At every point around Kandy this delightful river is visible, circling the town. Its banks are eminently beautiful. It flows over a bed of rocks. At low water--and indeed always except immediately after rains when the river is swollen---the rocky bed is visible. There is, however, deep rapid current through the middle,—the rocks being abruptly cleft, apparently by the force of the water. No regetable matter is collected in masses on the sides, or banks. Yet any continuous sojourn upon them is dangerous to Europeans from the almost certain infection of fever. It is indeed a singular fact-and known only as a fact, and not in its causes-that, in this island, the banks of beautiful rivers and running streams are, I believe, always infected; where our lakes are the great preservatives of health. Kandy, even for natives, waspot esteemed healthy, until the present lake was excavated by the late king. Colombo is perhaps the healthiest station in the island for a permanency. The sea is on one side of us, and a large, beautiful, and natural lake on the other.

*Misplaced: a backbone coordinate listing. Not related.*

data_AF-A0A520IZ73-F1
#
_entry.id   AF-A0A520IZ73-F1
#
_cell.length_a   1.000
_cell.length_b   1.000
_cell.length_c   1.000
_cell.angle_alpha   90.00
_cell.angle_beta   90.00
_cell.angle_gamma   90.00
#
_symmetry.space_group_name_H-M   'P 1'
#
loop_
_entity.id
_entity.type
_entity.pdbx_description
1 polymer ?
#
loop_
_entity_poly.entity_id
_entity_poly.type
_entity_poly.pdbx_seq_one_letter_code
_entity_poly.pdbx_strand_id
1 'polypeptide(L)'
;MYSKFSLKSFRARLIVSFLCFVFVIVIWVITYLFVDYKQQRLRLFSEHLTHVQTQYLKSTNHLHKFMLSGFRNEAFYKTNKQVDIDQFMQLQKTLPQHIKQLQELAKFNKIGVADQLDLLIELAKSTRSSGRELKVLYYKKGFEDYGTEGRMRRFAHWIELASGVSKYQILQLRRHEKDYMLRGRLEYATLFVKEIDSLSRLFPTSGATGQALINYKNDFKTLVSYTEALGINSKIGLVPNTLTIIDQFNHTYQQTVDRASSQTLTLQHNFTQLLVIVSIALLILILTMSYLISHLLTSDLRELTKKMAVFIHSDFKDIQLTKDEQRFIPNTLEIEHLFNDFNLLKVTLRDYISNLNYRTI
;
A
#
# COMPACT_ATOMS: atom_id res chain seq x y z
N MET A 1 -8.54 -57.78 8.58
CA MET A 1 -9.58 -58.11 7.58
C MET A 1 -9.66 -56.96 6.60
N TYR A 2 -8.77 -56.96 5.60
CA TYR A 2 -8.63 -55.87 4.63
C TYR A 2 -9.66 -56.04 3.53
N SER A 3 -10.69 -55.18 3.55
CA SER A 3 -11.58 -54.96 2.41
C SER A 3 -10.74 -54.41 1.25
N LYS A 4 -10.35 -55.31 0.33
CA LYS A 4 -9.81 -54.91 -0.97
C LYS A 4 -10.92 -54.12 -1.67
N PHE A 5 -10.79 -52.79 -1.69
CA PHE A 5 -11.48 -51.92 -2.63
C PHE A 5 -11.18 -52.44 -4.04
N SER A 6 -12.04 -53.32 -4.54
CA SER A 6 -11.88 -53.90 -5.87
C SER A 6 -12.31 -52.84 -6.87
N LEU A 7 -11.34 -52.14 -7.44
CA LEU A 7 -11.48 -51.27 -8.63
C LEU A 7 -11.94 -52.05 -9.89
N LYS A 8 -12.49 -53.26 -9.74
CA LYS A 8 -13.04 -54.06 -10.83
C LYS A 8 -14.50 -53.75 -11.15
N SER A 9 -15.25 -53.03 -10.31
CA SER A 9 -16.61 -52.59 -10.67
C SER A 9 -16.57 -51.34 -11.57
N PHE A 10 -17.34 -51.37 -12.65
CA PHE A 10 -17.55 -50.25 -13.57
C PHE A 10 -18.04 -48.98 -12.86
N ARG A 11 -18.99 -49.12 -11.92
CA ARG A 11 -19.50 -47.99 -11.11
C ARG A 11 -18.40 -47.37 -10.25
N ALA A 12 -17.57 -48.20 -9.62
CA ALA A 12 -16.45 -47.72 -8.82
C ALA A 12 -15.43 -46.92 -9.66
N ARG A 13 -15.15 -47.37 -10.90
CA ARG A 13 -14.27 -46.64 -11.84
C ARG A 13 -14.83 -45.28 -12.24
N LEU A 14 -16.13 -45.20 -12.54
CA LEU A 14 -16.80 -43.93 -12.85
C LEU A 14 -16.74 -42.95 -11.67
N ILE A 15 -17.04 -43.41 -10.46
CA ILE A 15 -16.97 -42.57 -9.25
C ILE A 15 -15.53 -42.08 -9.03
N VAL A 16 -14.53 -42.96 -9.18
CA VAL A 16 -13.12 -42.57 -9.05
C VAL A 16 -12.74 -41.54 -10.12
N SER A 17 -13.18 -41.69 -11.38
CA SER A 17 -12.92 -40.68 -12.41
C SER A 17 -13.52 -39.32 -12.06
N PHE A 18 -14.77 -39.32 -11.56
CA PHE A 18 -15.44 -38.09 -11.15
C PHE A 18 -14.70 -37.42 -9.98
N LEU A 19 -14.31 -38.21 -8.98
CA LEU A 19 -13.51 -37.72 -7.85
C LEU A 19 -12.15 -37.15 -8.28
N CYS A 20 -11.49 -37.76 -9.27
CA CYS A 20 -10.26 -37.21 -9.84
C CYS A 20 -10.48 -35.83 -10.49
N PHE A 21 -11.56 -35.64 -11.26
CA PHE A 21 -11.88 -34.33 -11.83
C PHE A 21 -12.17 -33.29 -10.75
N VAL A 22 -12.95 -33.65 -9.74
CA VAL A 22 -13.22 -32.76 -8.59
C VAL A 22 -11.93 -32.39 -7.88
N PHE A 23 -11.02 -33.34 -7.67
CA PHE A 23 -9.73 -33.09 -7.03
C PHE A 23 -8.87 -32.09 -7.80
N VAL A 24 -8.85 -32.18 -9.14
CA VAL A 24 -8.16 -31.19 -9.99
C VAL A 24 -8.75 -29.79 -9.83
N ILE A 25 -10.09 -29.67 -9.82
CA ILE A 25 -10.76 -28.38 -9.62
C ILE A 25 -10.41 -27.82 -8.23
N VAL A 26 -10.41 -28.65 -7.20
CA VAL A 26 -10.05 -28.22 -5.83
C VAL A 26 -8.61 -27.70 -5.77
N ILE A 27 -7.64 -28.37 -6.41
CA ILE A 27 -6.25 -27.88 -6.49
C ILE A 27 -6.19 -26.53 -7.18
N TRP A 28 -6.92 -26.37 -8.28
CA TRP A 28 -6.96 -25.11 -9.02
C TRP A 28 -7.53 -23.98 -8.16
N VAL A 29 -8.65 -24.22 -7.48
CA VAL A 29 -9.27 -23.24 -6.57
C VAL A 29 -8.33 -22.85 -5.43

I was told by a native, who spoke very imperfect English, that in a rocky hill just opposite to and visible from the Resthouse at Gampolla, -the first stage on the Nuwera Ellia road from Kandy,—the king, or kings, of Kandy bad hidden a vast treasure. He confessed to me, however, with some naiveté, that although he and others had often sought, they never could find any access to the rock where the treasure was supposed to be deposited. It is þowever, generally believed, from the partial confession of the last king, that poney and jewels to a large amount were secreted somewhere in the vicinity of the capital. It is a customary practice of alunost all uncivilized nations to bury their treasure. .